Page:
The Washington Post
Sinners Welcomeby Mary Karr
Mary Karr describes herself as a black-belt sinner, and this her fourth collection of poems traces her improbable journey from the inferno of a tormented childhood into a resolutely irreverent Catholicism. Not since Saint Augustine wrote "Give me chastity, Lord but not yet!" has anyone brought such smart-assed hilarity to a conversion story./p>
Mary Karr describes herself as a black-belt sinner, and this her fourth collection of poems traces her improbable journey from the inferno of a tormented childhood into a resolutely irreverent Catholicism. Not since Saint Augustine wrote "Give me chastity, Lord but not yet!" has anyone brought such smart-assed hilarity to a conversion story.
Karr's battle is grounded in common loss (a bitter romance, friends' deaths, a teenage son's leaving home) as well as in elegies for a complicated mother. The poems disarm with the arresting humor familiar to readers of her memoirs, The Liars' Club and Cherry. An illuminating cycle of spiritual poems have roots in Karr's eight-month tutelage in Jesuit prayer practice, and as an afterword, her celebrated essay on faith weaves the tale of how the language of poetry, which relieved her suffering so young, eventually became the language of prayer. Those of us who fret that poetry denies consolation will find clear-eyed joy in this collection.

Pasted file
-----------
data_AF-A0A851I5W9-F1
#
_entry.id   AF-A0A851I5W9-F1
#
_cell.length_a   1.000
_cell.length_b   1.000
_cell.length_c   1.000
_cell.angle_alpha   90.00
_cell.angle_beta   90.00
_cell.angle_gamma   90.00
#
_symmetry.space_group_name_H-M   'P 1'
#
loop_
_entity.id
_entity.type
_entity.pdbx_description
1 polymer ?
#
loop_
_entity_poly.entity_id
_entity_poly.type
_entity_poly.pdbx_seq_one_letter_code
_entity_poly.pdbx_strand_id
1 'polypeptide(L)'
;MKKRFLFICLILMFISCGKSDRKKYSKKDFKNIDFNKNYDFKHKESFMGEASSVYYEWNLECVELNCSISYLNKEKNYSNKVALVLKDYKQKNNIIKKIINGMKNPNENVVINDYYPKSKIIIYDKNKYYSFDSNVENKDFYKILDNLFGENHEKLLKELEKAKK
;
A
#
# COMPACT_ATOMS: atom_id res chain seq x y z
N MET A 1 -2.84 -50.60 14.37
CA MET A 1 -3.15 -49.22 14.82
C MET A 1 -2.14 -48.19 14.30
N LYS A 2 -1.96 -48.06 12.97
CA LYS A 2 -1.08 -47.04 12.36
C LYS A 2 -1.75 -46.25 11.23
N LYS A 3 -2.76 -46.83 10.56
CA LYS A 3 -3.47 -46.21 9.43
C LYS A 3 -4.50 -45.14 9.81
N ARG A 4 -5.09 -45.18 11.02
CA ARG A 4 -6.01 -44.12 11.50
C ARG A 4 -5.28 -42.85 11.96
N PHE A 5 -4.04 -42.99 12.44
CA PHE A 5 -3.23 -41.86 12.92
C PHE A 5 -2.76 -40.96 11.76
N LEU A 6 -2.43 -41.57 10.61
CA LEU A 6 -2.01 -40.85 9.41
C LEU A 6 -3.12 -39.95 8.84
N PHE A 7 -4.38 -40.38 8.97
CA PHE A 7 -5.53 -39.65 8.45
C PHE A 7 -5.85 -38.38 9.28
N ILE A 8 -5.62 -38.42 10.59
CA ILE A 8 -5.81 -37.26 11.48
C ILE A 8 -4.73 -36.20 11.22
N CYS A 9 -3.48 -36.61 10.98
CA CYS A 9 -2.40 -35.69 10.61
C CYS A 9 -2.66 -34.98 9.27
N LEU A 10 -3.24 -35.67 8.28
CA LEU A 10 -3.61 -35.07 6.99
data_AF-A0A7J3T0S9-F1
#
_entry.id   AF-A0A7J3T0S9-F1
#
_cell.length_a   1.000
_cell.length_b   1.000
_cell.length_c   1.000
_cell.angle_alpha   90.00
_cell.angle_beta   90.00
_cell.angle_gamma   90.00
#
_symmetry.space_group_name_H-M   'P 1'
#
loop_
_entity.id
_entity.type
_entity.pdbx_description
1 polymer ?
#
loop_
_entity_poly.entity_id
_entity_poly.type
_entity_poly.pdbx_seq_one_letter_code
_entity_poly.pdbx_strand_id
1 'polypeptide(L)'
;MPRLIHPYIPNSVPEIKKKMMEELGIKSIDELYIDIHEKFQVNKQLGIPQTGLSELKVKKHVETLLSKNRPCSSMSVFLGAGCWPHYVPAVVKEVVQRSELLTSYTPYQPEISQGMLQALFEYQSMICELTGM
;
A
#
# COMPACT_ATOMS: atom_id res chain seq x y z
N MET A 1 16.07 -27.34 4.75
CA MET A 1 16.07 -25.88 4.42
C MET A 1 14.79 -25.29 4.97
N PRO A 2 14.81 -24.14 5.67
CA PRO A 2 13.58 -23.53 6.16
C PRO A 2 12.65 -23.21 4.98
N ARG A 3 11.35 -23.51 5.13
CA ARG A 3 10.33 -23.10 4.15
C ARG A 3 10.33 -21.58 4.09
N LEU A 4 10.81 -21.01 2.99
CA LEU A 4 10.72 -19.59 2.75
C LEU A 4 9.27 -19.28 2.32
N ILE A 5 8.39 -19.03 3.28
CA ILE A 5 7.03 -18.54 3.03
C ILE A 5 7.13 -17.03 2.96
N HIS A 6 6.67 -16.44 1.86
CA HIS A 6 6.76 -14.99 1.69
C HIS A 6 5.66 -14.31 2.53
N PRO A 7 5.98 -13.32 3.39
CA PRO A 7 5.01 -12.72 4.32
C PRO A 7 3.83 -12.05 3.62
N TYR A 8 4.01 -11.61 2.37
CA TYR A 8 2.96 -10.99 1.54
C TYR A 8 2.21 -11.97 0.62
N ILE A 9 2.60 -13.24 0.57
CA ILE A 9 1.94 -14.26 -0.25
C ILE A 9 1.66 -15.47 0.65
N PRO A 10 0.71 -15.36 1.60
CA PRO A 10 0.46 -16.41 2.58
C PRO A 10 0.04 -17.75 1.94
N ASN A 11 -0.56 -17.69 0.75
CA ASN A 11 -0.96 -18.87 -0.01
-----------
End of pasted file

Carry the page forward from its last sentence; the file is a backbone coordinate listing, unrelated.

The Washington Post
- HarperCollins Publishers
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Read an Excerpt
By Mary Karr
HarperCollins Publishers, Inc.Copyright ©2006 Mary Karr
All right reserved.
When it became impossible to speak to you
due to your having died and been incinerated,
I sometimes held the uncradled phone
with its neat digits and arcane symbols (crosshatch,
black star) as if embedded in it
were some code I could punch in
to reach you. You bequeathed me
this morbid bent, Mother.
Who gives her sixth-grade daughter
Sartre's Nausea to read? All my life,
I watched you face the void,
leaning into it as a child with a black balloon
will bury her countenance
either to hide from
or to merge with that darkness.
Small wonder that still
in the invisible scrim of air
that delineates our separate worlds,
your features sometimes press toward me
all silvery from the afterlife, woven in wind,
to whisper a caution. Or your hand on my back
shoves me into my life.
Excerpted from Sinners Welcome by Mary Karr Copyright ©2006 by Mary Karr. Excerpted by permission.
All rights reserved. No part of this excerpt may be reproduced or reprinted without permission in writing from the publisher.
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Meet the Author
Mary Karr is the author of three award-winning, bestselling memoirs: The Liars’ Club, Cherry, and Lit, as well as The Art of Memoir, also a New York Times bestseller. She received Guggenheim and Radcliffe Fellowships for poetry and is the Peck Professor of Literature at Syracuse University.
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Most Helpful Customer Reviews
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Honest and compelling, each poem captures both the painful reality of a given moment in Karr's life and frequently the spiritual insight that ultimately flowed from it. I would highly recommend this book to anyone who likes confessional poetry. it is exceptional.
Not a big fan of poetry but how can you not love karr.
A very enjoyable volume. Loved her style.